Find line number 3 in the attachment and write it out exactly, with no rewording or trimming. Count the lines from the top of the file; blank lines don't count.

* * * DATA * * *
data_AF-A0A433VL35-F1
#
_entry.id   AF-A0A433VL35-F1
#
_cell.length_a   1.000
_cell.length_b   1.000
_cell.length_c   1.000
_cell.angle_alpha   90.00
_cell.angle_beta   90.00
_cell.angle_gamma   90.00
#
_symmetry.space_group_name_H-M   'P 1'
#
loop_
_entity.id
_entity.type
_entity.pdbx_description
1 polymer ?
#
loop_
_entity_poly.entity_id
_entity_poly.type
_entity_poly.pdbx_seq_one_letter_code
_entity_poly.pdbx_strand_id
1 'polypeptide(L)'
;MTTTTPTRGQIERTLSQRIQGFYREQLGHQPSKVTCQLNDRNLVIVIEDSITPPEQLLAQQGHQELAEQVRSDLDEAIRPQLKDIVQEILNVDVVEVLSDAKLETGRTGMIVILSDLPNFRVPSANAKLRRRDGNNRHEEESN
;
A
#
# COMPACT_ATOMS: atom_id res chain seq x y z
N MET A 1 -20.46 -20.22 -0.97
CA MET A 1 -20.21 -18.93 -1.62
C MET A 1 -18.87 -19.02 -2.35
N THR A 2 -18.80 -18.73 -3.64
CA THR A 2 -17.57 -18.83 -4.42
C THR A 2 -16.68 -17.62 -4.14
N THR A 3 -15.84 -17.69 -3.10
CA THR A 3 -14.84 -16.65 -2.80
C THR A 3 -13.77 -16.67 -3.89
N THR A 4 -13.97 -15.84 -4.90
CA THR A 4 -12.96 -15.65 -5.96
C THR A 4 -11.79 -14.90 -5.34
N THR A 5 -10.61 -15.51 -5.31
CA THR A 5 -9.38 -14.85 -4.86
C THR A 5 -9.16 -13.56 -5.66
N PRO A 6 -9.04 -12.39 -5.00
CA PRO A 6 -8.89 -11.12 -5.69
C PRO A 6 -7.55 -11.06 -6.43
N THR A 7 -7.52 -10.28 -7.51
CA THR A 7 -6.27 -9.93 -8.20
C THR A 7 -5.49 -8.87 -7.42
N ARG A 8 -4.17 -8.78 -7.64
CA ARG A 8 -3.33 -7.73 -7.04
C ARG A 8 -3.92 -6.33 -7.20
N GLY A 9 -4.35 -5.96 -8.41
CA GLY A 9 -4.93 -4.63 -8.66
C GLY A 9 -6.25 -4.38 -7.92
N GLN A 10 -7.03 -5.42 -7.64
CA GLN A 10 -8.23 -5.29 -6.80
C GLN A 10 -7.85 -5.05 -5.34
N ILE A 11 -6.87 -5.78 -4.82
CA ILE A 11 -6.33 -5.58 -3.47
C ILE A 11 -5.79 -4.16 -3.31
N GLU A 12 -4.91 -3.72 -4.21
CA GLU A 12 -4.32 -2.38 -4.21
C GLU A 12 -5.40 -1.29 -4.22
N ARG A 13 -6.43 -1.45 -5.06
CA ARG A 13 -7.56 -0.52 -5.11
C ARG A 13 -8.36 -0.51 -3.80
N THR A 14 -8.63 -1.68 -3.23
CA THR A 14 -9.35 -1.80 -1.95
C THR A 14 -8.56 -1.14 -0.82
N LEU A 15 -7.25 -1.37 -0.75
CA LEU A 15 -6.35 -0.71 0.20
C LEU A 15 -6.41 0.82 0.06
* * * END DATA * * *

_entry.id   AF-A0A433VL35-F1